It's a bad game.
Sonic Heroes features a handful of enjoyable pop punk tracks from stalwart Sega house band Crush 40, generally good use of color palettes, and provides (on paper) a range of de facto difficulty options and styles of play that could make it a viable game for people of different ages and levels of experience.
So ends anything positive that may be said of Sonic Heroes.
Here's a handy rule of thumb: if the crux of a game is navigating through spaces in real time (as opposed to menu-driven design) it should therefore be design goal number one to make movement feel good to the player. As you would spend the bulk of your time moving your character in a game about exploring levels, everything depends on that movement. Sonic Heroes fails in this regard for a variety of reasons.
- Having three characters with unique abilities is an interesting idea, but in practice you spend too much time just determining which character will become active when you press one of the swap buttons. Rather than have them be deterministic (i.e. I press Y to be Tails), the characters rotate across buttons (i.e. press Y to be the character who is left of your active character on a wheel). Thus, you are forced to mind part of the HUD to do basic tasks.
- Each character feels poorly suited to their role in some way. The "Speed" characters are very slippery and accelerate at an ungodly rate, the "Flying" characters fly slow as molasses and feel like shit on the ground, and the "Fighting" characters suffer the most from minute changes in controls. Speaking of...
- Each character has context-sensitive controls. Pressing A while on the ground causes a different action than pressing A in the air, or double tapping A. Same with pressing B. Add to this that there are three power levels for each character (obtained by in-level drops that are sort of terrible to pick up) and those actions have even more permutations. Add to that problem, that some of the actions are slightly different across teams of characters; I swear to god, each of the "Fighter" characters had a slightly different attack pattern depending on position and power level.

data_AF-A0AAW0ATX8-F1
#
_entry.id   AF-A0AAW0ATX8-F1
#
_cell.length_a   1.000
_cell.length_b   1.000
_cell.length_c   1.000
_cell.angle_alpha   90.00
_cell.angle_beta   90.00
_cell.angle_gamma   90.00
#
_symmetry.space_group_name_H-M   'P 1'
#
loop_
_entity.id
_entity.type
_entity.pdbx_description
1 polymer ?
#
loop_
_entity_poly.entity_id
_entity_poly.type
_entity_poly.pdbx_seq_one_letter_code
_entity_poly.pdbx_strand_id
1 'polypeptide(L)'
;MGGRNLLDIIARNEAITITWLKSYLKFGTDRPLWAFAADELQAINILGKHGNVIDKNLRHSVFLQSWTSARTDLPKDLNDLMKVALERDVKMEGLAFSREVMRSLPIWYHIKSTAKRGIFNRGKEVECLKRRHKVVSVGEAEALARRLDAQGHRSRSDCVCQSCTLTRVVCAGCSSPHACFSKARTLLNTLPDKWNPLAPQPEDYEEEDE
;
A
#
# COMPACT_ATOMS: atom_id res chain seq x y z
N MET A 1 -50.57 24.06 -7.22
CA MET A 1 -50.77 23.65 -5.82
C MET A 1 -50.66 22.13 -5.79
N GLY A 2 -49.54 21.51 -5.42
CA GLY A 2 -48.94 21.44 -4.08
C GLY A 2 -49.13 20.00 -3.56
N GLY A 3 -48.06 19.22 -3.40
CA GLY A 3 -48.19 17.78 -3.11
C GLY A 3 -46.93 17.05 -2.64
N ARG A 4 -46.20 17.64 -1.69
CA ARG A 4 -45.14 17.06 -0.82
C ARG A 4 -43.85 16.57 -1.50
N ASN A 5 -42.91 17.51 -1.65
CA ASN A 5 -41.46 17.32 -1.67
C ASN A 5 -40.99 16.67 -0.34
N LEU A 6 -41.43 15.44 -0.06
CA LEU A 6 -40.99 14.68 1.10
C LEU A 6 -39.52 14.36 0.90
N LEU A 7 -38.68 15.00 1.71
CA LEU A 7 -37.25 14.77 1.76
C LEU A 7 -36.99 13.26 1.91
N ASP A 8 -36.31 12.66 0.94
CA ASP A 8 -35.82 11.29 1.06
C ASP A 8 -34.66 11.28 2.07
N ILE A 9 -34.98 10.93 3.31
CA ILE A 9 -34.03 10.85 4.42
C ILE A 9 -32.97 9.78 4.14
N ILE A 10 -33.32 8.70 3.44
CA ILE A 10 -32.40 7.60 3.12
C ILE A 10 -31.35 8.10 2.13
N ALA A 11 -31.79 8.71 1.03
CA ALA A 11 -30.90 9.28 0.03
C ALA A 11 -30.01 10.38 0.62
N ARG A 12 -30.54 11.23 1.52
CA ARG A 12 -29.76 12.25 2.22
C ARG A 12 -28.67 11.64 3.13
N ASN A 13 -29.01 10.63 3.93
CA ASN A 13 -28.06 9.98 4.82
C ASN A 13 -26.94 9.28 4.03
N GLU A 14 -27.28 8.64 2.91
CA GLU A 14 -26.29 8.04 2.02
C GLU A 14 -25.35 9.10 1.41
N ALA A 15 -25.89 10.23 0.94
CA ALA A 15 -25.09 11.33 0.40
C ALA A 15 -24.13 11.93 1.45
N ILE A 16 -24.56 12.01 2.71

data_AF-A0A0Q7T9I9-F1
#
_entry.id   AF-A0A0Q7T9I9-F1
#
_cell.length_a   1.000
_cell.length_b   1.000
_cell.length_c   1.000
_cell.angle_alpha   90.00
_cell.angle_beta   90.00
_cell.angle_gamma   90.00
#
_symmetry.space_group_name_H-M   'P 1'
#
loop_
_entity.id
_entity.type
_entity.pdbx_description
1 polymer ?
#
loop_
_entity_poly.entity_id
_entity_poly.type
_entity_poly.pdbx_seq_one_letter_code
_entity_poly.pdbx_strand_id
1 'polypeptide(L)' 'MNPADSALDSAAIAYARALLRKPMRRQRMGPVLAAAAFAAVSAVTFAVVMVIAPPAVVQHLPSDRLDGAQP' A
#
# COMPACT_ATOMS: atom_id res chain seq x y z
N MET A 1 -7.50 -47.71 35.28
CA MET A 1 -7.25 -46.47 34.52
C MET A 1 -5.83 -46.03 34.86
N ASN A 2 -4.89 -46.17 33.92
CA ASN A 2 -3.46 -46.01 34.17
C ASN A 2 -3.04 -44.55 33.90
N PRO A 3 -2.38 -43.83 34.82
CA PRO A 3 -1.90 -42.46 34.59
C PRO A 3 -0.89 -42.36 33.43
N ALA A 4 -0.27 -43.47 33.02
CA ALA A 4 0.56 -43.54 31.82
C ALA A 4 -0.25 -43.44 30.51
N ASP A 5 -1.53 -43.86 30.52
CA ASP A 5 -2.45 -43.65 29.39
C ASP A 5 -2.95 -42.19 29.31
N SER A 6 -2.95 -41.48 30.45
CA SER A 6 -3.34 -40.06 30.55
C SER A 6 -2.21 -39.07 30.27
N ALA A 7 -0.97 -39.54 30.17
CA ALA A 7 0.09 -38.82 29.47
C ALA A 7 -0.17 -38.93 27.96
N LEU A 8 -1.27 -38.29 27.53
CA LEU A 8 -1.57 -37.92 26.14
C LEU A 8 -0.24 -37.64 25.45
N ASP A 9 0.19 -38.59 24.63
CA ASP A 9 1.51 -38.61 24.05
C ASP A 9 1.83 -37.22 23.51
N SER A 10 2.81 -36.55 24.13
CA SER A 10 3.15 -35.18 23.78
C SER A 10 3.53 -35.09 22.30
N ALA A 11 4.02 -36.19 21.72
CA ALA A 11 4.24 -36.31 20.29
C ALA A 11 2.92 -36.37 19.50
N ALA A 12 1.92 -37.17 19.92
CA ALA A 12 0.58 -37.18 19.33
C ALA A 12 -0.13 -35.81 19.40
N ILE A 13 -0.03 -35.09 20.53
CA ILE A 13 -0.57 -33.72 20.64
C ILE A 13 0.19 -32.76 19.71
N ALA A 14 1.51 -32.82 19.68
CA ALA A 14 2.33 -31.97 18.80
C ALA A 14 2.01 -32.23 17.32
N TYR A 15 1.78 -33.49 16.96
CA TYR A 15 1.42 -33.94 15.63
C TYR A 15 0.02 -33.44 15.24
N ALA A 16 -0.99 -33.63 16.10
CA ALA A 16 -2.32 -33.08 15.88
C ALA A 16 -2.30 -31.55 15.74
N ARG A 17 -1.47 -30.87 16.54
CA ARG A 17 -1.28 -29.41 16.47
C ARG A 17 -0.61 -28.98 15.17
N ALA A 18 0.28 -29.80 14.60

- To really drill down into the shit, "Fighter" each have an attack that uses the other characters as projectiles. To use this, they must first hoover up both of them onto their person. Doing this causes each of the Fighters to lunge forward about a meter, and this will cause about 30% of your deaths. It is THE WORST.
So, movement sucks in a platformer that you are at least theoretically going to play four times. Why four times? Well, there's four campaign things:
- Team Sonic, which is the default difficulty experience for the game (and one which I was only able to play in the last few hours I had with the game).
- Team Shadow, which is a hard mode that adds extra awful bullshit to the levels and increases the amount of damage enemies can take.
- Team Amy, which shortens levels and would be a bit too easy if it weren't for the fundamentally broken controls.
- Team Chaotix, which basically takes the Team Shadow versions of levels and turns them into horrible, HORRIBLE hidden object hunts.
Each one of these is bad, but Chaotix has to take the cake for turning already crappy gameplay into a slog. The worst level in the game, one built around endless uneventful (and slooooooooow) rail grinding, is made infinitely worse in this iteration by adding some precision platforming to throw some switches to make the level let you beat it. Problem is, jumping between rails is not reliable and the switches in question are about nine agonizing minutes into the level. I lost hours trying to hit two buttons in this level.
Add to this boss fights that vary from enemy arena rushes, to Eggman battles (that are among the better parts of the game, to be fair) to the bottom of the barrel: fights against other teams. These devolve into arena battles where it is impossible to track yourself or the opposing team, where your actions seem to have little or no impact, and where death feels like the result of a dice roll. These fights either last 20 seconds with you spamming buttons and hoping for the best, or take several minutes while you watch your team plunge off the side of the arena one by one for no discernible reason, and all the while Sonic characters yell catch phrases and grunts in your direction.
I could go on: bafflingly bad pinball sections, numerous instances of clipping through level geometry for no reason, levels that stretch three or four times longer than necessary, a completely undescriptive internal rewards system that unlocks multiplayer features, the PS2 version running at half the frame rate of the Xbox and GameCube ports and still chugging like butt. But by now I'm hoping you catch my drift. I played nearly 20 hours of Sonic Heroes over a weekend for Giant Bomb Community Endurance Run VIII, and honestly the only reason you should consider playing Sonic Heroes is if money is on the line. There are worse games, but not many.